Cinnamon and Brown Sugar Spiced Rum Cake

I decided to do a small variation on the Spiced Rum Cake. This version is for those who cannot eat/do not like nuts.

The recipe for the cake and glaze is here. In this variation, however, you make a Cinnamon and Brown Sugar topping.

You’ll need:

3/4 cup of dark brown sugar

1 Tbs Cinnamon

1 Tbs Flour

And now for the complicated part – mix all three together then dust the batter with the mixture before placing it in the oven!

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Enjoy!

Spiced Rum Cake with Walnuts

Two weeks ago I magically got involved in a “bake off” with a good friend at work.  Our two departments have a semi-important meeting tomorrow, we thought we would have a little fun, and the next thing I know he and I are fighting for bragging rights.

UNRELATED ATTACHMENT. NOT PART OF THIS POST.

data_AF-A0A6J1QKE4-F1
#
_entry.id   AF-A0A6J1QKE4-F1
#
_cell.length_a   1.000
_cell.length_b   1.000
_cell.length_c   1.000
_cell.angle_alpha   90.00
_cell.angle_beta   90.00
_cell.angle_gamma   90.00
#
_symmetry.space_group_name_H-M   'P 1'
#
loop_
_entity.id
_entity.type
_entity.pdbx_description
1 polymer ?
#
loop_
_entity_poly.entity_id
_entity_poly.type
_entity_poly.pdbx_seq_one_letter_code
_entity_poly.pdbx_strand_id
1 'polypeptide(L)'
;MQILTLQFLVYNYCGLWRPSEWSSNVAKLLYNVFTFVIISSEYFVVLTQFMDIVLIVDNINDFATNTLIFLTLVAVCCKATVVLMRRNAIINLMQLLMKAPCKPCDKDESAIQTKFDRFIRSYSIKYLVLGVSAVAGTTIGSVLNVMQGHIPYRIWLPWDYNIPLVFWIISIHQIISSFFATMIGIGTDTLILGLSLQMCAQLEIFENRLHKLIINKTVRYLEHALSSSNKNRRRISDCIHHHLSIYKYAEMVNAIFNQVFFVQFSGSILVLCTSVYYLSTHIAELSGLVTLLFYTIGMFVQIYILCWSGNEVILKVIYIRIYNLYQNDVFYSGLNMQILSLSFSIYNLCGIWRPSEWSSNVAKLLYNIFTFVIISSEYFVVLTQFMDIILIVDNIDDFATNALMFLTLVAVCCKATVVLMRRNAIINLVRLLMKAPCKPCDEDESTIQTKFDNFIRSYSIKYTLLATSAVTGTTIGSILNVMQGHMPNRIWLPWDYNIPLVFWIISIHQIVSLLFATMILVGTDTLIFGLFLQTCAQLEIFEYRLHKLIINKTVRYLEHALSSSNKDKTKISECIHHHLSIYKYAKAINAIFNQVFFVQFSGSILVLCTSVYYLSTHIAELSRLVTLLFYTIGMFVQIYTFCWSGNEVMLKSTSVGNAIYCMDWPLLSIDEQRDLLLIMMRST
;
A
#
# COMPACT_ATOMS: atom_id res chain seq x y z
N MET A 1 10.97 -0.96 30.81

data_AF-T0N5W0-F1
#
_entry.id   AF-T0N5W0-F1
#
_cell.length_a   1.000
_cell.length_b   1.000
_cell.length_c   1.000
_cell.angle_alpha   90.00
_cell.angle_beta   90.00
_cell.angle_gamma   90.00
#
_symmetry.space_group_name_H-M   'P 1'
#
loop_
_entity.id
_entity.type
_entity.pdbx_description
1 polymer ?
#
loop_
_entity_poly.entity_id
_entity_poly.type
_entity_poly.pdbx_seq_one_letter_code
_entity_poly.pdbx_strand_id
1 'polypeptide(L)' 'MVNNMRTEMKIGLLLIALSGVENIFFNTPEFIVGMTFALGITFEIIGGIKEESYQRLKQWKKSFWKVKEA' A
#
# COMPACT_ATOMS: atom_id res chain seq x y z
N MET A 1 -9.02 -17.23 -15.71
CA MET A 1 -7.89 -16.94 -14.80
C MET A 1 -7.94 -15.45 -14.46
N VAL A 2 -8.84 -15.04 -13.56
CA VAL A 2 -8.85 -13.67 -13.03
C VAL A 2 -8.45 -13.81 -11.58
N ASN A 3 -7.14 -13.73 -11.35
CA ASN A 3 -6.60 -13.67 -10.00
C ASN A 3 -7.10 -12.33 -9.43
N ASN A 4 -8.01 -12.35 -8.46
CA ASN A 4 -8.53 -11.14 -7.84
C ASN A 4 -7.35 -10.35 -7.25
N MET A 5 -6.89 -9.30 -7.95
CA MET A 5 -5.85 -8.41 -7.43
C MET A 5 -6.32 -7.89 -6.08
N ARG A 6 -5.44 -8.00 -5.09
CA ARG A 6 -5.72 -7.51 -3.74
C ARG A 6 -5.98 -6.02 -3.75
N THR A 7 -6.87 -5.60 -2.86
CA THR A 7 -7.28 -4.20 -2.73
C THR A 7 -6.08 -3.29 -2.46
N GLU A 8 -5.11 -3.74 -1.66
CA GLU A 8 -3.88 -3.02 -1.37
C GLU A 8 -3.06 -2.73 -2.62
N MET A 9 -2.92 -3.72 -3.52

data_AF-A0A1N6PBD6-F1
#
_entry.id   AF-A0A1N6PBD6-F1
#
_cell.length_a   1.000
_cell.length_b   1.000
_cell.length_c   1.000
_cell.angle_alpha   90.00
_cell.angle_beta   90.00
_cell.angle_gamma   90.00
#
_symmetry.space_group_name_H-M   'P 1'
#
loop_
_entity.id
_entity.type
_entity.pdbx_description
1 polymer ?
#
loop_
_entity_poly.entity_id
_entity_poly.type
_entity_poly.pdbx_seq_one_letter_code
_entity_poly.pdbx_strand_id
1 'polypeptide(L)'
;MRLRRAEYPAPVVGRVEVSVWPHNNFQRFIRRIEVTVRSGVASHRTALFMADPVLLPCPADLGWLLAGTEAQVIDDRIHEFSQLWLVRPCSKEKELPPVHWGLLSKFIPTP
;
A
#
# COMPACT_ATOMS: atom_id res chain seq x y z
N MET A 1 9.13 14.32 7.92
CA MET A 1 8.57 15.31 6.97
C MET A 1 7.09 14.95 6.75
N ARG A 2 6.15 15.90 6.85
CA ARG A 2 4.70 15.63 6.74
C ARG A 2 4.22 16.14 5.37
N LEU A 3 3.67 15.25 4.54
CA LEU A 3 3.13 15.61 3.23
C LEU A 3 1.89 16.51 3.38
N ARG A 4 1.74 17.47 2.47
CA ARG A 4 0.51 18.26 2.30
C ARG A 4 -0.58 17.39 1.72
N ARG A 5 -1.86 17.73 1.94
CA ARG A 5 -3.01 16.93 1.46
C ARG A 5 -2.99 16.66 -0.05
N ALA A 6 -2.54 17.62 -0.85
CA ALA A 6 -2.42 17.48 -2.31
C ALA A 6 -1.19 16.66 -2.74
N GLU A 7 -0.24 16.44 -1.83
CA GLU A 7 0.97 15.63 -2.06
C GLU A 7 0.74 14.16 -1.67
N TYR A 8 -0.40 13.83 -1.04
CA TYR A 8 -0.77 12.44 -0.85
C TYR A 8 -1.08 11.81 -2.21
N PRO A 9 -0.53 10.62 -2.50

I love baking.

Initially I was going to make a double layer white and chocolate cake but then the rules were set – we could not make an item we were comfortable with. After some thinking I decided, hey, I’m going with a spiced rum cake!

It is hard to find a recipe that doesn’t call for a box mix, so I went with my own version:

Spiced Rum Cake

2 cups cake flour
2 teaspoons baking powder
1/2 teaspoon salt
1/2 cup butter, softened
1 cup sugar
3 large eggs

2 cups cake flour

1 package of instant vanilla pudding

2 teaspoons baking powder

1/2 teaspoon salt

1 cup sugar

4  eggs

1/2 canola oil

1/2 cup water

1/2 Captain Morgan spiced rum

1 cup chopped walnuts

Directions

1) Pre heat your oven to 325 degrees

2) Mix your flour, instant vanilla pudding, salt, baking powder,  sugar, eggs, oil, water and rum until there are no lumps in the mixture.